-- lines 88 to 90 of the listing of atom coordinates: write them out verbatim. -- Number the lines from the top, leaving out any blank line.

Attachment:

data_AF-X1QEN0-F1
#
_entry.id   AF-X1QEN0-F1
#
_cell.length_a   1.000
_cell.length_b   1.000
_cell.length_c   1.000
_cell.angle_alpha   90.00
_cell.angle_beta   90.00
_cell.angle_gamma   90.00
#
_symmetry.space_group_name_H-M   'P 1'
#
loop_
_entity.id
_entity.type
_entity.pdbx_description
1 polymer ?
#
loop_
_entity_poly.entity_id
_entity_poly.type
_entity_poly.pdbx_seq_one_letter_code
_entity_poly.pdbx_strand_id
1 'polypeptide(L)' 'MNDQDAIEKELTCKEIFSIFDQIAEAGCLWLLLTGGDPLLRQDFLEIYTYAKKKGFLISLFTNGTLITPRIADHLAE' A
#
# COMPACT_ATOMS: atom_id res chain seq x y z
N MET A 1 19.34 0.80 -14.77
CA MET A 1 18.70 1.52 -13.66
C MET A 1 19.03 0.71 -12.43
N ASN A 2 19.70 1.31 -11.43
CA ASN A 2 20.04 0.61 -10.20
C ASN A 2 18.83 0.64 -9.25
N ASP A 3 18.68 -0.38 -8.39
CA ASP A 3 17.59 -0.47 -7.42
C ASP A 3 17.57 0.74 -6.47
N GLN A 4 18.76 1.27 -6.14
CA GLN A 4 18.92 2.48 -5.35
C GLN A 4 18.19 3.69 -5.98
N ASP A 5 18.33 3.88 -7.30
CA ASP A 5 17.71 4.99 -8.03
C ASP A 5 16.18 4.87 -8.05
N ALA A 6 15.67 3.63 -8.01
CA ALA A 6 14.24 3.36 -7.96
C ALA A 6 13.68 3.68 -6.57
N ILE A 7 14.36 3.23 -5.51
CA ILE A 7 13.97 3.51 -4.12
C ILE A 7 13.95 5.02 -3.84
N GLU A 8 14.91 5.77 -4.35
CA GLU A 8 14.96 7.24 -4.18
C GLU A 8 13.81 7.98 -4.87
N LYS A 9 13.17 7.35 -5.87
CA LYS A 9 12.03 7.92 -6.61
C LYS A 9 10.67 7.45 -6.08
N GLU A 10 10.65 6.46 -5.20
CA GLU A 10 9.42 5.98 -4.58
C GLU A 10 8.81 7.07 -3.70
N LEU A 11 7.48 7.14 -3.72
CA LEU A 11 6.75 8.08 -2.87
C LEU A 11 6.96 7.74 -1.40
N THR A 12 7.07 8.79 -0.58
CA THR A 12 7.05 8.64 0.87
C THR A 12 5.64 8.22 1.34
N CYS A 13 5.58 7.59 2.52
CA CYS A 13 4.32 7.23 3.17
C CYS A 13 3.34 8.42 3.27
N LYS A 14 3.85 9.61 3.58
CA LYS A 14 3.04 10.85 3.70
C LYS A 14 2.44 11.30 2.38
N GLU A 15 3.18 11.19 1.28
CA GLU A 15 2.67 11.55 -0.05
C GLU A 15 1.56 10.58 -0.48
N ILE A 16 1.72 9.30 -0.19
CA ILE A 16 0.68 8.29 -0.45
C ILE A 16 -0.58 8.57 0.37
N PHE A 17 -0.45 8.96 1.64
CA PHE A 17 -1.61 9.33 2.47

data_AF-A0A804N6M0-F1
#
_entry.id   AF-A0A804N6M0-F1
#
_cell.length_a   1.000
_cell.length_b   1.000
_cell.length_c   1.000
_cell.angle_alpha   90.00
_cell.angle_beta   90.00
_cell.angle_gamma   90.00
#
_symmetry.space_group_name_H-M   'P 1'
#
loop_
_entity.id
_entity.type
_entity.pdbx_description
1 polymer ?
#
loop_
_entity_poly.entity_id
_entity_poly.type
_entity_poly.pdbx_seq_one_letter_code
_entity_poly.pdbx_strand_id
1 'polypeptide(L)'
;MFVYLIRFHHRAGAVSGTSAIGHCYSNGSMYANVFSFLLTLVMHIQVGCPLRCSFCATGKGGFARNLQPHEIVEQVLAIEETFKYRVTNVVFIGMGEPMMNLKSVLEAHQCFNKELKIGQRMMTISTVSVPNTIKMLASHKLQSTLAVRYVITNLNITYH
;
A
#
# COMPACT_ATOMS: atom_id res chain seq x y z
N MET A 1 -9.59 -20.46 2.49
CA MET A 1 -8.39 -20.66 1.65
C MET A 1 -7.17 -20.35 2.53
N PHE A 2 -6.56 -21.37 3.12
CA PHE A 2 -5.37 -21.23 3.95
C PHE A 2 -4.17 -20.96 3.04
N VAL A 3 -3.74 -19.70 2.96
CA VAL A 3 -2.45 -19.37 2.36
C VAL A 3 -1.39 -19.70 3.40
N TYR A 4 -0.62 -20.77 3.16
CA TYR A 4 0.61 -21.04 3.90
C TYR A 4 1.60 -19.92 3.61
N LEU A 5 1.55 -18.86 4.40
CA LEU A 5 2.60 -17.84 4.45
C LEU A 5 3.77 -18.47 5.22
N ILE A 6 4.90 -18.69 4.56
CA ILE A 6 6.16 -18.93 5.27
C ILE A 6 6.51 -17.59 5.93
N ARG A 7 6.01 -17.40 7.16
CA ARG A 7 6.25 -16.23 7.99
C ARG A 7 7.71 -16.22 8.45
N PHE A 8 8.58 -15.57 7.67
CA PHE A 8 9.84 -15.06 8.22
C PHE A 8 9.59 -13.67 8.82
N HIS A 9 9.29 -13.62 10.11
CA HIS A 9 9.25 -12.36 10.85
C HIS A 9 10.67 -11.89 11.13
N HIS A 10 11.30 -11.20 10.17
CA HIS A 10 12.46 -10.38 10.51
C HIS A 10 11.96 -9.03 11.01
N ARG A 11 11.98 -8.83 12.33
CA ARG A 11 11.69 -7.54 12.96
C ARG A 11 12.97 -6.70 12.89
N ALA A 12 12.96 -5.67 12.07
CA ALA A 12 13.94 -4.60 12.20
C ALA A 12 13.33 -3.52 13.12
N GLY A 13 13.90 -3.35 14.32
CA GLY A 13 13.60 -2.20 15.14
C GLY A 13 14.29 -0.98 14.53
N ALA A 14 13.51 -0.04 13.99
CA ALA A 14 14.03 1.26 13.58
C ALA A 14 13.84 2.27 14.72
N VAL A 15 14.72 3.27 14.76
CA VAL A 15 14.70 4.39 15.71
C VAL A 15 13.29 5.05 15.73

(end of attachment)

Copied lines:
#
_symmetry.space_group_name_H-M   'P 1'
#